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Funding FAQs

Kirsty Marrs |28, April, 2022

We have pulled together the most frequently asked questions. If you have a burning question that hasn’t been included elsewhere on our website, it could be here.

1. What can the Challenge Fund be used for? 

The Challenge Fund can be used to support and progress an innovation that has been approved by EPIC. This is not an exhaustive list, but some of the things you can use the grant for include:

  • The hire or purchase of equipment
  • Wages – for PAYE personnel hired specifically for the project (including graduate and/or student placements, provided these are not already being funded through EPIC)
  • Travel and venue costs
  • Payment for freelancers and consultants
  • Marketing and publicity
  • Expenses

2. What can’t the Challenge Fund be used for?

The Challenge Fund cannot be used for land, buildings or major capital equipment. It cannot be used to pay existing employees or directors of the company/business. This is not an exhaustive list, but some of the things you cannot use the grant for include:

  • Anything you would have normally paid for without our grant support such as overheads – this includes legal and accountancy fees which would be classed as an ongoing expense of running a business, e.g. payroll administration
  • Statutory costs, e.g. health and safety
  • Staff who do not perform a role directly associated with the delivery of the project, e.g. those performing supporting roles such as reception, central finance, IT support and organisation management
  • Any expenditure which is not related to the project or named in your final approved budget
  • Publicity with no ERDF credit
  • Recoverable VAT
  • Dividends
  • Cash withdrawals
  • Penalties, e.g. late filing fees
  • Payments in advance of need
  • Retrospective payments, prior to the project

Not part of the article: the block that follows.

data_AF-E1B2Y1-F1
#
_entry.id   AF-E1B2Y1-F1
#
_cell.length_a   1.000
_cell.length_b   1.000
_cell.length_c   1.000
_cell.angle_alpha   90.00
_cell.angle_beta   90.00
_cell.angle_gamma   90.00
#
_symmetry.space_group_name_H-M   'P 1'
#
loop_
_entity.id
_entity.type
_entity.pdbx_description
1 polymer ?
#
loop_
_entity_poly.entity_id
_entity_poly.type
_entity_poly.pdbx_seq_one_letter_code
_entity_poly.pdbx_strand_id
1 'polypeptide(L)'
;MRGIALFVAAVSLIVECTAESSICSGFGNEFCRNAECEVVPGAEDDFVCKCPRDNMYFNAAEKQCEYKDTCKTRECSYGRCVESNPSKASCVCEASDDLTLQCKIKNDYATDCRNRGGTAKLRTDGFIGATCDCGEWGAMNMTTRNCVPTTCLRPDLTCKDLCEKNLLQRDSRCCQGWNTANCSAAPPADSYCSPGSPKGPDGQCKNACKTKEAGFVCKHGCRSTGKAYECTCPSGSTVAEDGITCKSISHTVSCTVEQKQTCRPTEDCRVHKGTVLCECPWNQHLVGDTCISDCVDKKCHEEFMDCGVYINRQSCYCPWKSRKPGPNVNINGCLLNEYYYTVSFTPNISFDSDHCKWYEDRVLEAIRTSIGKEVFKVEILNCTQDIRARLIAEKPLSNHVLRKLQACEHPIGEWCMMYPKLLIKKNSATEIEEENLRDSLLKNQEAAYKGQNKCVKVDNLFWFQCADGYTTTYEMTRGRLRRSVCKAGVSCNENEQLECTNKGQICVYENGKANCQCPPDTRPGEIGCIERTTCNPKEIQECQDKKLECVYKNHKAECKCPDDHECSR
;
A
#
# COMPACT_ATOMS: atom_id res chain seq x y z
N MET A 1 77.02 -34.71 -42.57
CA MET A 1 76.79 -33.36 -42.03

• Spend on alcohol within refreshments/entertaining
  • Non-standard travel, e.g. first class travel
  • Any activities that are in breach of the Government’s COVID-19 guidance

3. Can the Challenge Fund be used to pay for a student intern’s wages?

The Challenge Fund cannot be used to pay for an intern that is already part-funded by EPIC or another ERDF project. You can however us Challenge Fund money to employ an intern yourself to drive your project forward.

4. What is match funding, and what can be used as private match?

In relation to the Challenge Fund (as with other forms of public sector grants) a grant will be paid on the condition that a certain amount of funding is also contributed privately. For Challenge Fund grants over £4000, applicants will need to provide some match funding.

The European Regional Development Fund defines private match contributions as the financial contribution towards the cost of support made by the beneficiary business (end beneficiary/end user). Private match can be sourced from the applicant’s own funds, or from a third party private investor resulting from ERDF investment. Contributions can be from the applicants themselves, businesses, registered charities, not-for-profit organisations, private individuals, further education or higher education institutions, and social enterprises where the funding cannot be traced to a public source.

Match funding is treated the same as ERDF regardless of source. This means that the total expenditure (including match funding/applicant contribution) must be used for the agreed purposes and defrayed on eligible expenditure. All expenditure must be evidenced, auditable and defrayed prior to the inclusion in any claim and follow all other ERDF compliance rules.